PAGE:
While utilizing our own nervous system as the primary instrument for discerning and applying the ultimate truth of life may seem like a new idea, there have been small groups of people doing it for thousands of years. The great religions of the world have spun off and grown from these spiritual innovators. Now we find ourselves in the information age, where knowledge can be more easily distilled, preserved and shared among many. Modern information technology has come to lend a hand to the ancient science of spirit. 

Due to the rapid rise of knowledge, we have arrived at a turning point, a point where many people around the world can deepen their inquiry about the nature of things, shifting the perspective from being outside ourselves to include a more penetrating inquiry from the point of view of what is inside us our radiant inner Self. This has been made possible by the rise of knowledge about integrated spiritual practices in the modern world, with the principles and methods of practical self-inquiry being part of that. 

Self-inquiry is not new. It has been part of yoga and other systems of spiritual practice for centuries. It has been called jnana yoga, meaning "union through knowledge." That is, union of the inner and outer aspects of life. Self-inquiry has also been called the path of discrimination, and the path of the intellect. Knowledge of what? Discrimination of what? Intellectual knowledge of what? These are fair questions. Jnana also means wisdom, which points to a deeper level of knowing, a spiritual knowing, where the questions and answers become merged as One, which is the end game of self-inquiry, and all of yoga.

In upcoming lessons we will delve into the particulars of self-inquiry, and additional yoga practices upon which its success depends. But first, let's look at the relationship of philosophy and experience, which can help form a framework and basis for a practical approach to self-inquiry. It is a starting point.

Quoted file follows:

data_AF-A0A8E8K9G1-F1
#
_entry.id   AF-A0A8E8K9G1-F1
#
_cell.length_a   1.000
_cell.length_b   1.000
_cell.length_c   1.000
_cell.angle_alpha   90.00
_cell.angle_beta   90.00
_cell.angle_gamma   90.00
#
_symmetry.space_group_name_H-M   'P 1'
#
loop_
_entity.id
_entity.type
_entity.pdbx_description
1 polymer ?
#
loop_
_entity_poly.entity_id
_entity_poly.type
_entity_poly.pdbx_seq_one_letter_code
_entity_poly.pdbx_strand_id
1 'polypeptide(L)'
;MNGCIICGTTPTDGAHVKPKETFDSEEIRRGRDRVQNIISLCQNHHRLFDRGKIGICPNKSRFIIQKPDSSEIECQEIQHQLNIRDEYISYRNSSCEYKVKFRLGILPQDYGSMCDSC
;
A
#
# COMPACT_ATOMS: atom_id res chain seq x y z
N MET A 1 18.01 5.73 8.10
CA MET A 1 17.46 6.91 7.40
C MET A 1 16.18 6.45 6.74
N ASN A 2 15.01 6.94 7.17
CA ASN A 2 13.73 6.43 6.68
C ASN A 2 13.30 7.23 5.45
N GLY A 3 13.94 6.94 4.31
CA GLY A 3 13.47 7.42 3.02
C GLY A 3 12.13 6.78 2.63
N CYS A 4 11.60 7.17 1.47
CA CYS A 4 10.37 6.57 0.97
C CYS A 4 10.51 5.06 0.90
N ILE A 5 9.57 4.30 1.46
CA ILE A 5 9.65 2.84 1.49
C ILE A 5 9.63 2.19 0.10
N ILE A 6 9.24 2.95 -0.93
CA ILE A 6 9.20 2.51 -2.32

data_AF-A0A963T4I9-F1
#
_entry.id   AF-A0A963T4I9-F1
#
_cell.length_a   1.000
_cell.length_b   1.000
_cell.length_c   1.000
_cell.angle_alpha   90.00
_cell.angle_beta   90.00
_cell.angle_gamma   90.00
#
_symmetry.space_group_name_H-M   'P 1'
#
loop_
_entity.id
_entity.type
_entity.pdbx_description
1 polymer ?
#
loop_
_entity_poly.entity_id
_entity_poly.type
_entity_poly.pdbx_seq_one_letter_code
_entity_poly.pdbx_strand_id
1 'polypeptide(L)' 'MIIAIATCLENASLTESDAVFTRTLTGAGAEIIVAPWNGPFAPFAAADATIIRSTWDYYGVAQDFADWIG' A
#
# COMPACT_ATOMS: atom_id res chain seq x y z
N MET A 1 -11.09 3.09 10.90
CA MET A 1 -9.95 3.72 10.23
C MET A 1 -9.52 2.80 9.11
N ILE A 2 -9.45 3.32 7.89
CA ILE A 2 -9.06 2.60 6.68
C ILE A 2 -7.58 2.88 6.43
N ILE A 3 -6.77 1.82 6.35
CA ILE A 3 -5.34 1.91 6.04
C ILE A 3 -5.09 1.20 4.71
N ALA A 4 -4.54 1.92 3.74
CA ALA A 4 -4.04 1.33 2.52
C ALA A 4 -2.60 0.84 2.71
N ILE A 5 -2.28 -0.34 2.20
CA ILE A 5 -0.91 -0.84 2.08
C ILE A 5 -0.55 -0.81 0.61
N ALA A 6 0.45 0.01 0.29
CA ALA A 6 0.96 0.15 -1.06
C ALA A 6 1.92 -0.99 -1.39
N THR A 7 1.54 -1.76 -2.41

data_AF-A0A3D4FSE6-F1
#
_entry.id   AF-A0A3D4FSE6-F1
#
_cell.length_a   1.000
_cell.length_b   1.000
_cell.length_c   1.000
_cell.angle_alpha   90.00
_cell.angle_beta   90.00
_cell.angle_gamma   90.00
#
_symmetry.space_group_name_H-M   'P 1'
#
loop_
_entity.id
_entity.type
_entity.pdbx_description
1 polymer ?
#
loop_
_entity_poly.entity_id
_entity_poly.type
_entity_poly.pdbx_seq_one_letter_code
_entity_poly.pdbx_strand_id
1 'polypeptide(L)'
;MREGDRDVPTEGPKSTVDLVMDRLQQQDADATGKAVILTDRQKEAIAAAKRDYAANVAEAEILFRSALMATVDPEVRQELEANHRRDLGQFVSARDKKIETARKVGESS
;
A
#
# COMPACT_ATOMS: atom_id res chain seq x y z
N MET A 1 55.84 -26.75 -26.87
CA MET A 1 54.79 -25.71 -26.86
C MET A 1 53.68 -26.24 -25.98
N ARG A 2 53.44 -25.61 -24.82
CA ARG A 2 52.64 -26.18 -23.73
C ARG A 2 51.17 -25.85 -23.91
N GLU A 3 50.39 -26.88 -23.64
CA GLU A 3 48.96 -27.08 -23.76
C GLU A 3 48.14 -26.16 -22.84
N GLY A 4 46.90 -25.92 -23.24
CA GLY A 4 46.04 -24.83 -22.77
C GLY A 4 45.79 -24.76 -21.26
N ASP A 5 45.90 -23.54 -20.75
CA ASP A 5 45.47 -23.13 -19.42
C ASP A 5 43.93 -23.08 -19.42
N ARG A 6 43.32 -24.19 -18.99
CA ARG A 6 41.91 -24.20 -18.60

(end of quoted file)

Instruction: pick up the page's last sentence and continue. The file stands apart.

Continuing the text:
As we begin to think about the true nature of things, it is helpful to have a foundation in the form of an idea or structure. Or, better yet, an ideal. Quantum physics was mentioned for this reason, offering the modern scientific model of emptiness underlying our physical universe. The ancient philosophical traditions of the East concur with this view, with an additional component added the presence of consciousness in absolute emptiness and emerging from it. While it may not be possible to verify that the emptiness underlying everything is conscious, we can certainly verify that what manifests from emptiness is conscious, because we are conscious. 

Ancient eastern philosophy, and some western philosophies also, hold emptiness to be the Great Self of all, and that all individual selves are but rays emanating from the One Great Self, much the way waves dance upon the surface of the ocean, only to dissolve and reappear on the surface of the ocean again and again. The waves are ever-changing expressions of the great ocean they dance upon. 

Whether the great ocean of emptiness beyond the manifested universe is conscious can be debated. But there can be little debate about whether human beings are conscious. It is this singular fact that underlies the entire field of self-inquiry. There is a vast theoretical body of knowledge, which can be found in the amply documented philosophies of both the East and the West, plus the experiential component of consciousness which can be found in every human being. Put these two together, and you have the beginnings of self-inquiry. 

It is really quite simple. If we can come to know that we are, in fact, the ocean before, during and after we are the wave, then the inquiry is done. Enlightenment is ours. Philosophically, that is called the end of knowledge. In the East, it is called Vedanta the end of the Veda, or the end of knowledge.